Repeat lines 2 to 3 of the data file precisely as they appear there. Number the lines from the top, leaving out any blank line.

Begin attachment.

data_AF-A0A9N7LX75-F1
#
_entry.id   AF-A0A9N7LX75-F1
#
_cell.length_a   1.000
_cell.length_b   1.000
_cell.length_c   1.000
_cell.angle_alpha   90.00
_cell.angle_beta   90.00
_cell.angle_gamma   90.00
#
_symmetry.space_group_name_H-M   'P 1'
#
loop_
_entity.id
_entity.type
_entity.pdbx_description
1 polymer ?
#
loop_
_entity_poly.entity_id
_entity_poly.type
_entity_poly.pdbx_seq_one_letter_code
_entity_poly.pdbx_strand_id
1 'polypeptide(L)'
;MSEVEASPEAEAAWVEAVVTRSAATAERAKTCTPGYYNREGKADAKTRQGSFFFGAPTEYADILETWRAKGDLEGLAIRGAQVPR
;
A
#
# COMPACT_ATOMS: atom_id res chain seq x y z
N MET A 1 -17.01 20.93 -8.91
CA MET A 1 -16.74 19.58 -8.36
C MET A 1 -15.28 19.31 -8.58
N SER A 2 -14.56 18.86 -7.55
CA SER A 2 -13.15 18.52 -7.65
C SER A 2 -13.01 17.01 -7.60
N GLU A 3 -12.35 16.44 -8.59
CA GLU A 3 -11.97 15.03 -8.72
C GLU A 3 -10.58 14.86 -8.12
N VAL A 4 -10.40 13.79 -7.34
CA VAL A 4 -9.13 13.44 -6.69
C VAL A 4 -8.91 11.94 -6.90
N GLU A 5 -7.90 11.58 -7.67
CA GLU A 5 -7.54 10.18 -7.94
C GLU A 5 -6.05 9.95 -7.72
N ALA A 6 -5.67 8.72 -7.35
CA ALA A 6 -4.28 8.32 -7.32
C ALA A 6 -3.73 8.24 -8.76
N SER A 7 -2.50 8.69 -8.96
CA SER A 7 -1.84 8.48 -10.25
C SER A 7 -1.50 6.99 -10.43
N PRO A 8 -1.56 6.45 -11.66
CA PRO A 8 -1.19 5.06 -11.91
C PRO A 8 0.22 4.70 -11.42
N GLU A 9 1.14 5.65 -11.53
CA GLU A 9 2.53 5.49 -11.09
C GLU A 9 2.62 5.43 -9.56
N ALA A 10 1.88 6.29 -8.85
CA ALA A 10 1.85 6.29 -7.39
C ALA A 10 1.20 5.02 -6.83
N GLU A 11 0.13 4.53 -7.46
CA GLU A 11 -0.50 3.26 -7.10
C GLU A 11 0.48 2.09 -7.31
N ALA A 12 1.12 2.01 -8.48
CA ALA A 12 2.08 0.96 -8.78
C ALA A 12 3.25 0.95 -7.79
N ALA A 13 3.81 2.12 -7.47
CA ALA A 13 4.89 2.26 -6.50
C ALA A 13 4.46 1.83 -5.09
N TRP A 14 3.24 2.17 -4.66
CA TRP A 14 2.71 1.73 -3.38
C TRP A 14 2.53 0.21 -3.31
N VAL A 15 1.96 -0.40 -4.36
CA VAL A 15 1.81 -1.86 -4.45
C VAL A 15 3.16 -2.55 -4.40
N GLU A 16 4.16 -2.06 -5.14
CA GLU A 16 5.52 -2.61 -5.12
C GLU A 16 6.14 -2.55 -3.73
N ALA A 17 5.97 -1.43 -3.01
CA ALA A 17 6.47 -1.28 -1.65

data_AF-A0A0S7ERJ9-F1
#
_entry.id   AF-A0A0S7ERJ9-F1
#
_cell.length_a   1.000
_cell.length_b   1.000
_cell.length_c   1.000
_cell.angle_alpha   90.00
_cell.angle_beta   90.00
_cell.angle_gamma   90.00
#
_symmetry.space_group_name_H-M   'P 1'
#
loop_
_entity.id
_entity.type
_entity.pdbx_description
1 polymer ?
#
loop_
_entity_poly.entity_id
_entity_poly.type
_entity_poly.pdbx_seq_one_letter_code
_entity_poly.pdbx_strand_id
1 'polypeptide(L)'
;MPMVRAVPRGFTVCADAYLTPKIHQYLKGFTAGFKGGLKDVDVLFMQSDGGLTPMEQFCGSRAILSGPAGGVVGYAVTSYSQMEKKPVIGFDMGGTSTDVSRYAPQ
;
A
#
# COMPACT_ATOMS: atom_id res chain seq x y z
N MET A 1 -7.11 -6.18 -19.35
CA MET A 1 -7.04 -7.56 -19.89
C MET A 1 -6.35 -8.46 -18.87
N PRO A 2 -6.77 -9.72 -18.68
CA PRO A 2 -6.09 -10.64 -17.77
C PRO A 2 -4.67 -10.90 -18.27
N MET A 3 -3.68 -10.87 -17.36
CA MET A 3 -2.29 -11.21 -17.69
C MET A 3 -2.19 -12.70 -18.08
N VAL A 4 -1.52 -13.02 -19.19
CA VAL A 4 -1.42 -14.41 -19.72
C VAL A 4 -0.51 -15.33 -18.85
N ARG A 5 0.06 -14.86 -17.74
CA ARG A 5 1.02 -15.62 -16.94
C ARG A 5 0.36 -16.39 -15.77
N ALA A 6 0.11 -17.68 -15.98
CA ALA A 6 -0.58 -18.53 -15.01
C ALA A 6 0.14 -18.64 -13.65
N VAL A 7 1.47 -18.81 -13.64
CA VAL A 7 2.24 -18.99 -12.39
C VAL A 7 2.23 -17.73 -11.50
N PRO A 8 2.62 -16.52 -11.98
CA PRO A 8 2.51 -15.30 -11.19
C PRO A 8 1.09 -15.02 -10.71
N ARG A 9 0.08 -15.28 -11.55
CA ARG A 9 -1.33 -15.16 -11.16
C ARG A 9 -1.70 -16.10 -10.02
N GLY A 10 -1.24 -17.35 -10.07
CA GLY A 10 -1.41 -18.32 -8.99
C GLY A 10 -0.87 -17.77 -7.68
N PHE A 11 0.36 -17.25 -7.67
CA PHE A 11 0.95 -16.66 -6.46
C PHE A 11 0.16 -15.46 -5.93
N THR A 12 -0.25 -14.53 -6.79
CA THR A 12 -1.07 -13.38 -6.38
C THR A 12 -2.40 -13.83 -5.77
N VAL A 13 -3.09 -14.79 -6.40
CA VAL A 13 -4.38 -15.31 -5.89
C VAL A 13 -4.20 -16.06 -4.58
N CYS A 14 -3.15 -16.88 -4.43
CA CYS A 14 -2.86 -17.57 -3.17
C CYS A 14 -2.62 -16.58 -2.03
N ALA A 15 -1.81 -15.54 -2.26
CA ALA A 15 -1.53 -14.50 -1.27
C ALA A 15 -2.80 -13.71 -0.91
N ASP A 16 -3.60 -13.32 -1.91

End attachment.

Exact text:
#
_entry.id   AF-A0A9N7LX75-F1